Blog April 24, 2016
Adieu Papa Wemba

The world of popular music has lost a giant—a consummate musician, a shape-shifter who challenged norms and rewrote the rules of his nation’s music repeatedly over four decades, who spearheaded a fashion movement, and now has left us suddenly and far too young. No, I am not talking about Prince, but Congolese singer, composer and bandleader Papa Wemba, who collapsed onstage during a concert at the Urban Music Festival in Abidjan, Ivory Coast, on Sat., April 23. He was 66 years old.

Born Jules Shungu Wembadio Pene Kikumba in the Kasai region of the Belgian Congo (now Democratic Republic), Papa Wemba grew up with traditional music.
Papa Wemba, Kinshasa 1987

Papa Wemba, Kinshasa 1987

His father was a village chief of customs and his mother a professional funeral wailer (pleureuse). A powerful and gifted vocalist from childhood, Wemba sang in choirs before coming to Kinshasa in the late 1960s to become a founding member of Zaiko Langa Langa, sometimes called the Rolling Stones of Congolese music, and clearly one of the most influential African bands of the 1970s. It was in that context that Wemba bloomed as a provocative stage personality, notable for enormous and versatile voice and his wildly unpredictable outfits, which evolved from raffia to high fashion. Wemba became the catalyst for a uniquely Congolese movement of fashionistas known as sapeurs (Société des Ambianceurs et des Personnes Élégantes or Society of Ambiance-Makers and Elegant People). Sapeur zaniness lives on in the Congolese music and style of today. It started with Wemba.

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Photos by Banning Eyre

Wemba eventually broke off on his own and managed a complex career leading a Kinshasa band—Viva la Musica—that kept up with the demanding conventions of the Congolese sound, and a Paris-based international band that took all sorts of stylistic liberties, veering into soul, international pop, as well as adaptations of village rhythms from the Lubumbashi region of Congo, where Wemba spent his childhood. One reason Wemba could write his own script was his absolutely spectacular voice, sharp as a spinning saw blade, warm as spring sunlight, always sublimely expressive. Given that voice, and Wemba’s willingness to innovate, it’s little surprise that, of all the great singers in Congolese music, Peter Gabriel picked Wemba to work with on a series of groundbreaking releases for the Real World label.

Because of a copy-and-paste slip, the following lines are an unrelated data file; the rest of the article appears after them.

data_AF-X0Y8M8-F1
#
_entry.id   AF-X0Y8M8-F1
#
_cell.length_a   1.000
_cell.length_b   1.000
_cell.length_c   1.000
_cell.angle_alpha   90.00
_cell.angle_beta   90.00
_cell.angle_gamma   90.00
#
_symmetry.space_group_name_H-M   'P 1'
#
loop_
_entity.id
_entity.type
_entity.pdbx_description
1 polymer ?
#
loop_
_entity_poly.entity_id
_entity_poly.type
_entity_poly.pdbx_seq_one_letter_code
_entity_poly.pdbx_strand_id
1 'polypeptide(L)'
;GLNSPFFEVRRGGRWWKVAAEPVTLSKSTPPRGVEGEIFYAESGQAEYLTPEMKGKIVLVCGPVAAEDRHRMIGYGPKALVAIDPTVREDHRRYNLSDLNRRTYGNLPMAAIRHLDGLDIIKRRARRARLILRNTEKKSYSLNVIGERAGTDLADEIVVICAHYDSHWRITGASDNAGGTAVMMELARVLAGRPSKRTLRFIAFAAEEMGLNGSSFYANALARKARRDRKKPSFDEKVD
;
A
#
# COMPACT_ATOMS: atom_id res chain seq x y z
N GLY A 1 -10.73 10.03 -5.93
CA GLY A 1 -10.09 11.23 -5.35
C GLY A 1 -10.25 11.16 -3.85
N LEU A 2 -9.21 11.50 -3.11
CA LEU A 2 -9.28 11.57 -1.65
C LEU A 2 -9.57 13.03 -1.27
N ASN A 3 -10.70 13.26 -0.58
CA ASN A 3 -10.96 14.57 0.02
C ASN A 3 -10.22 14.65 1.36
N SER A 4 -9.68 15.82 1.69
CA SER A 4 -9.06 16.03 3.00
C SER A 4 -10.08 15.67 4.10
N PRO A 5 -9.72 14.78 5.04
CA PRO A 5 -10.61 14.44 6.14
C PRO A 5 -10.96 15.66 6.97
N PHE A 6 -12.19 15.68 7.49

Afropop Worldwide first met Wemba in Kinshasa in 1987, in the context of a Zaiko Langa Langa reunion concert. He was such a man about town in those pre-cellphone days, that although we spent long hours trying to track him down for an interview, all we got were brief, elusive encounters. As it was, the interview had to wait until the following year when Wemba came to America as part of the Africa Oyé tour. But that was the first of many memorable conversations with this remarkable artist. The last was at WOMEX in 2010. Wemba had recently emerged from a prison term, on charges that he had helped smuggle Congolese citizens into France by presenting them as musicians. Chastened but proud, and championing his renewed Christianity, Wemba was undiminished, delivering an exhilarating set, sadly, the last we would see of him.

Details are beginning to emerge as to exactly why Wemba was in such a vulnerable state when he took the stage in Abidjan the other night. But more importantly, the deeper story of this beloved artist remains to be told, and we hope it will be one day. For now, we can say only that we’ve lost another great, and that he died doing what he loved most, thrilling fans with his outsized voice and musicianship.

Read Banning's review of Wemba's album Notre Pere Rumba here.

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Papa Wemba, Central Park Summerstage, New York

Papa Wemba, Central Park Summerstage, New York

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